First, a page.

Advocates for the homeless demanded Allentown City Council take immediate action to protect people in the city from freezing to death.
A few even suggested City Hall itself, where Wednesday night’s council meeting was held, should be opened as an overnight shelter because it is heated round-the-clock.
Some in the audience scoffed when Council member Joe Davis announced his community and economic development committee will discuss the issue of shelter for the homeless on Feb.12.
Advocates said people need emergency shelters now and cannot wait another month in the middle of winter.
“We probably can’t solve the problem,” admitted Davis, “but we can at least identify it and make the first official steps.”
People in the audience scoffed even louder when Francis Dougherty, the city’s business manager, suggested taking the issue to a local commission to end homelessness.
Homeless advocate Diane Teti, who serves on that Commission to End Chronic Homelessness, said it is a committee of volunteers “with no teeth or clout to do anything.”
“I don’t want somebody to have to die for City Council to do something about this,” Teti told council. “What can we do right now while we look for a longer term solution?”
Teti and others said shelter space is limited in the city and people get turned away on the coldest nights, because those places become overcrowded.
She and others warned that four homeless people died in Allentown four years ago – three from exposure to cold and the fourth was crushed to death after seeking shelter in a dumpster.
“If we have a death on our streets, I will come up here and say ‘I told you so’ but that doesn’t save that life,” Teti told council. “I’m begging you, please do whatever needs to happen to open doors to people. It is an emergency situation. These are human beings.”
“We need to do something immediately,” agreed council member Jeanette Eichenwald.
Eichenwald said societies are judged by what they do for their neediest people.
Agreeing with a resident who addressed council, Eichenwald said she’s in favor of opening City Hall to the homeless whenever temperatures drop to dangerously low levels.
Council president Julio Guridy suggested the city work to find an emergency solution “over the next couple of days.” He asked Dougherty to lead the effort to find an appropriate shelter.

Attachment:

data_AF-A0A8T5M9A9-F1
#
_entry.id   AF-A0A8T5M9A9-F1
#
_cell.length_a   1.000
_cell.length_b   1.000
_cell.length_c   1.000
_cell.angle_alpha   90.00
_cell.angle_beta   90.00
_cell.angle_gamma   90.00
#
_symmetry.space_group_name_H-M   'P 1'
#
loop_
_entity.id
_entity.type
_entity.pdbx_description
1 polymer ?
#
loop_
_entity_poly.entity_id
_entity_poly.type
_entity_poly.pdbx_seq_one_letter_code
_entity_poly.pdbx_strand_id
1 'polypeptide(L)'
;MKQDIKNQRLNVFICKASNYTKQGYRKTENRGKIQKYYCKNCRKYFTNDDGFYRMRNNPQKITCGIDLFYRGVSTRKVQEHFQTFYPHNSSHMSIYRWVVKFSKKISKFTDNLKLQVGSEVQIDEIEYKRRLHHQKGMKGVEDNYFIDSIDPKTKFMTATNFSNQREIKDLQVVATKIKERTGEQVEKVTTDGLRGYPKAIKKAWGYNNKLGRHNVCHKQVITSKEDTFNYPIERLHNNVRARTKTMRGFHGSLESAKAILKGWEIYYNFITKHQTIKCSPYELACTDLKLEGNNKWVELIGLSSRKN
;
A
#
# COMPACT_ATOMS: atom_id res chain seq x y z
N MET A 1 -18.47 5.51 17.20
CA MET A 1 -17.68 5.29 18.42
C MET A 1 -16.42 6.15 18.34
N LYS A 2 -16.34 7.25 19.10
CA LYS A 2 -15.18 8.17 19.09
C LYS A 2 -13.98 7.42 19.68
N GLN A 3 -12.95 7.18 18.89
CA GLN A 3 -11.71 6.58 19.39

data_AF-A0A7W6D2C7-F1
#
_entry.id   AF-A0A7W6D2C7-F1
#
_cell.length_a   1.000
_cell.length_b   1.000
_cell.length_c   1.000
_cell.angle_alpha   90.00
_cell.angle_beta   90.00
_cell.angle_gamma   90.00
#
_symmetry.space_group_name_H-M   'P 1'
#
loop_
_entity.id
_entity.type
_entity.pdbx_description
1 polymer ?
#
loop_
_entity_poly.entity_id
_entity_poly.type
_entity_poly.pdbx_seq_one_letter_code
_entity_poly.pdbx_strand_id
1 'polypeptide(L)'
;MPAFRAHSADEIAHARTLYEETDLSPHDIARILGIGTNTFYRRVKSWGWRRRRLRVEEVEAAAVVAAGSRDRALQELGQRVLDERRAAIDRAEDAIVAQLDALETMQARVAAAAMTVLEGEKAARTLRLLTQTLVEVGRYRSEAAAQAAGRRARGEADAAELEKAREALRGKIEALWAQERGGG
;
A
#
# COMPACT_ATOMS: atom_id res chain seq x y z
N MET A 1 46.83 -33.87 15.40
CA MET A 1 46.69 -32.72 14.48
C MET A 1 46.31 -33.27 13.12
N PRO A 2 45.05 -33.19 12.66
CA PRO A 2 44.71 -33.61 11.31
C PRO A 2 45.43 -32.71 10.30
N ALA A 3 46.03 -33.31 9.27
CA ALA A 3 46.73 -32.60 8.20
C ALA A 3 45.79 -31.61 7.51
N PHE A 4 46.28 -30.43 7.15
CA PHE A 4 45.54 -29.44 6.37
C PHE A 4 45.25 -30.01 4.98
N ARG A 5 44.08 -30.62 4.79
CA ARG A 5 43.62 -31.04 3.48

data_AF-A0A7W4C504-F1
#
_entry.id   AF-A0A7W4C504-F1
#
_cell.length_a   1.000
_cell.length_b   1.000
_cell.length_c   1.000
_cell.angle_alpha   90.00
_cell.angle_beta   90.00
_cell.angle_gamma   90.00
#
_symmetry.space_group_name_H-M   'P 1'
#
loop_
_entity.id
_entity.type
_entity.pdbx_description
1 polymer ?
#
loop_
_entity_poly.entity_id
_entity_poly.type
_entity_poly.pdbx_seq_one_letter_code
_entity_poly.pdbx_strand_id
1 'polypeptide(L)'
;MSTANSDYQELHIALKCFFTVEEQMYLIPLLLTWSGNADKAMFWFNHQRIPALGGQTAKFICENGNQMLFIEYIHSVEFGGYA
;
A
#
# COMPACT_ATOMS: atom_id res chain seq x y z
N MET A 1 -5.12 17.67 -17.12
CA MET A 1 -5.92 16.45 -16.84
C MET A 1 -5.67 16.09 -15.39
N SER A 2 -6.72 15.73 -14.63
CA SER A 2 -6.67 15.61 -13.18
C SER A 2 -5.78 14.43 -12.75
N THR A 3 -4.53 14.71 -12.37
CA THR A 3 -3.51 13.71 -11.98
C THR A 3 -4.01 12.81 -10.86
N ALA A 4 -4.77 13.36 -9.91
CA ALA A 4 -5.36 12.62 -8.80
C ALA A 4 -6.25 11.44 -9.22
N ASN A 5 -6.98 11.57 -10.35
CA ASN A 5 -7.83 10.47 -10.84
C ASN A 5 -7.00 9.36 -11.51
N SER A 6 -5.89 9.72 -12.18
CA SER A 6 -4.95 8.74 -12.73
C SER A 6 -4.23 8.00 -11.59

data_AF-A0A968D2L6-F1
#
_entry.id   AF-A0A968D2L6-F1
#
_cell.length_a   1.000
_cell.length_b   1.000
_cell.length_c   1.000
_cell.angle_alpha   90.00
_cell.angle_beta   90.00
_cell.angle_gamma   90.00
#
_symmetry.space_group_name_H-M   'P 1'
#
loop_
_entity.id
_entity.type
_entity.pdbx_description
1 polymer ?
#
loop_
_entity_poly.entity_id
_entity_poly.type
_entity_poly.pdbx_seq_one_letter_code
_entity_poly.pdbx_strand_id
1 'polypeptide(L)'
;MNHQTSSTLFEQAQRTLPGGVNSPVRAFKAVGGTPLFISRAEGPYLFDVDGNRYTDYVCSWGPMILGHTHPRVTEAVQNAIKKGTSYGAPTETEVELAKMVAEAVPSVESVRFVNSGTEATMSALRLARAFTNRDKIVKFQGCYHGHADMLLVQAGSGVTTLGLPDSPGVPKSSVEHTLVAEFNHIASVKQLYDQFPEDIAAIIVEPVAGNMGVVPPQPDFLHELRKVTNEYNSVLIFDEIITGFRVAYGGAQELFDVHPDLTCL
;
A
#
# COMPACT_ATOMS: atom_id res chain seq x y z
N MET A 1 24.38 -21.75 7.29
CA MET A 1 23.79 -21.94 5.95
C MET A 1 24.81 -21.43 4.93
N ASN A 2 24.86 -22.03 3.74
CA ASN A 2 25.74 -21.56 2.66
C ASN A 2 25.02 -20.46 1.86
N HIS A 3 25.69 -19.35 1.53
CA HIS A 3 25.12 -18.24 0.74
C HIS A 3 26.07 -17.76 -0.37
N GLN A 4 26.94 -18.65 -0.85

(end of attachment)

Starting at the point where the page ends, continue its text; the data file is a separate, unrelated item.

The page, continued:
One glimmer of hope for prompt action came from Robert Smith, president of the Allentown School Board.
Smith told council he will speak with Dr. Russell Mayo, superintendent of the Allentown School District, “to see what we can do with this homeless issue.” He said school buildings are opened all the time if there is a bomb threat or a fire. “I don’t see why we can’t do something with this homeless issue immediately.”
Earlier in the meeting, council vice president Ray O’Connell said the school district has buildings in all sections of the city that have been used in emergencies. And he said gyms in many city schools are opened to drum and bugle corps during summer competitions.
“It’s imperative that we open our gyms for the most needy,” said O’Connell. “We have a long winter to go.”
Also offering help was Pastor Gregory Saez of Mission One Ministries church at 114 N. 10th St. He told council: “I don’t have beds, there are no showers -- there are regular bathrooms -- but there’s a lot of floor. Our place can be used to help the community. On those really cold nights, we would like to help out in any way possible.”
Dougherty suggested Lehigh County should be involved, because it has emergency management capabilities. And council member Peter Schweyer said the county “is the social service arm of the region.”
Lehigh County Executive Thomas Muller attended the City Council meeting, but strictly as an observer. He did not stand to address City Council. As the newly elected executive, Muller plans to visit public meetings of all municipalities in the county.
After the council meeting, Muller said: “I agree with what many said tonight--this needs more action and less talk.”
He plans to meet with the county’s emergency services director Thursday morning to see how the county might be able to address the short-term threat to homeless people when temperatures drop below a certain level.
“How you define the point where the homeless need to be moved to shelter?” asked the county exec. “Is there a pre-determined temperature? What about heavy rain?”
Muller indicated responding to emergencies such as gas explosions or Hurricane Sandy is different than providing long-term shelter to homeless people.